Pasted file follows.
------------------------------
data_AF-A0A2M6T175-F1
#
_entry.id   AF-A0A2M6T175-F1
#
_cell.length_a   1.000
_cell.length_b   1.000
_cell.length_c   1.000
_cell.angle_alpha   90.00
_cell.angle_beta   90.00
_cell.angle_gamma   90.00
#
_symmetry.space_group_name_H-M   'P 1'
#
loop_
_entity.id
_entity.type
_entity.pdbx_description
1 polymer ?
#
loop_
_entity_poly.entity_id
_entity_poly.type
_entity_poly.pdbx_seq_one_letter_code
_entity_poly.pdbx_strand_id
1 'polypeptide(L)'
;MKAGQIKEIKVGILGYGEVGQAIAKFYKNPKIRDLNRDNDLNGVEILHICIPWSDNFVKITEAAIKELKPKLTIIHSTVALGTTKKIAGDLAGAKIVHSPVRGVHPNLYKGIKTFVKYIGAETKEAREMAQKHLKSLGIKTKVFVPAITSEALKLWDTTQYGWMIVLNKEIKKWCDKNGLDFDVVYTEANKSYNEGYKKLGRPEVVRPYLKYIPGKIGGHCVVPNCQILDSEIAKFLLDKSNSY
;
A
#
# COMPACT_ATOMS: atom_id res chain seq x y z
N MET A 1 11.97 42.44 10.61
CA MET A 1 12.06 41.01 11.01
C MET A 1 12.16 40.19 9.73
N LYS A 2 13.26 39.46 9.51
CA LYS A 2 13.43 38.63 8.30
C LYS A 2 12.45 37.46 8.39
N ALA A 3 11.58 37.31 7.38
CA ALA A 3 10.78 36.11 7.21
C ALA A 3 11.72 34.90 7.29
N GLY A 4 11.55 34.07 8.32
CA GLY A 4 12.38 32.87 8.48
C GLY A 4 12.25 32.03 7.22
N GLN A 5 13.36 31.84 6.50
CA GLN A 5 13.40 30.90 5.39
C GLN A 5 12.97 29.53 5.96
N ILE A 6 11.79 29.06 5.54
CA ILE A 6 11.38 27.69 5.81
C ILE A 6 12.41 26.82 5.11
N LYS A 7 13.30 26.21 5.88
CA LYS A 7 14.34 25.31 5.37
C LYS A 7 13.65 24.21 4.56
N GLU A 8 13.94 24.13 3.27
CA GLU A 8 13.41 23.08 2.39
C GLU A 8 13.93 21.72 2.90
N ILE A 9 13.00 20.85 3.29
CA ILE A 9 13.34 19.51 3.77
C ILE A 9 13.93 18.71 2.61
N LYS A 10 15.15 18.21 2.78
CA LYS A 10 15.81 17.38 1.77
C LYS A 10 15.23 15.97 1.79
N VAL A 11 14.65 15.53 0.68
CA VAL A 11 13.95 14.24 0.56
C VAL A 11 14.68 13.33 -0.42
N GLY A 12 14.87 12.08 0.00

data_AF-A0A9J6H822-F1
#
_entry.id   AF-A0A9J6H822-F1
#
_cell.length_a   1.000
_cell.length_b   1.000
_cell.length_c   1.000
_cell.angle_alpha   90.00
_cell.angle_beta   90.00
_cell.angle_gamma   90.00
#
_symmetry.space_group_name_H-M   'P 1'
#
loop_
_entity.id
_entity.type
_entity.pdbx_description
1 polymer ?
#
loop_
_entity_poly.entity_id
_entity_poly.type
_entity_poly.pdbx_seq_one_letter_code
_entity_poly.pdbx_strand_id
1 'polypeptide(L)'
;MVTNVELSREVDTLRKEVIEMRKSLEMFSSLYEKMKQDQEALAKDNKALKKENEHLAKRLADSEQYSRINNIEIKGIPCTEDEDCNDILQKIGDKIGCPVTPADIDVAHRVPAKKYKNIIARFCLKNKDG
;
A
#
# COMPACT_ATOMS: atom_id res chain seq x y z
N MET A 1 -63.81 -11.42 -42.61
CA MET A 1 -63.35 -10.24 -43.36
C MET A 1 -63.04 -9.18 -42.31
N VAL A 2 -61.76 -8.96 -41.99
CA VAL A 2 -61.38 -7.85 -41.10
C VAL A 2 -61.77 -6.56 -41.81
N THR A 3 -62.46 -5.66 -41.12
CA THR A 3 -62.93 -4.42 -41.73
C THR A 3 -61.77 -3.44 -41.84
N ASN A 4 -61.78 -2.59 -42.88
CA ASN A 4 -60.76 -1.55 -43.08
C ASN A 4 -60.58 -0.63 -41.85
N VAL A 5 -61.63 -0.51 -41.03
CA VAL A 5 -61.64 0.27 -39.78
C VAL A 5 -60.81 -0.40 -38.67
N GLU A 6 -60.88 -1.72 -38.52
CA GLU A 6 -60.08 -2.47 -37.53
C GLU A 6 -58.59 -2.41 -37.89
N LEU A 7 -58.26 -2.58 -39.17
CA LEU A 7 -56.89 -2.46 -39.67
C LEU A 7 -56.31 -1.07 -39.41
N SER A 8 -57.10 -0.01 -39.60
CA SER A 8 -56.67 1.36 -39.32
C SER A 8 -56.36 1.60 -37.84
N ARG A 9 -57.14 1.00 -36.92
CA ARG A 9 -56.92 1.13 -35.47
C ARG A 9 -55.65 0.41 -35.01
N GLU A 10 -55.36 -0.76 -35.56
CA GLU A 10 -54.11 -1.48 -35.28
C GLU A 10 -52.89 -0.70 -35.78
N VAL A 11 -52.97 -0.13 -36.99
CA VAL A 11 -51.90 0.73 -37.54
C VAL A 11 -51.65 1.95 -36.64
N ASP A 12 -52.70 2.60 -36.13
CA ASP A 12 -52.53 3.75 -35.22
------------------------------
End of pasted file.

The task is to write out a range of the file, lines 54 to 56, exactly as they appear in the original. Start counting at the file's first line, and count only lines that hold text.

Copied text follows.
C GLU A 8 13.93 21.72 2.90
N ILE A 9 13.00 20.85 3.29
CA ILE A 9 13.34 19.51 3.77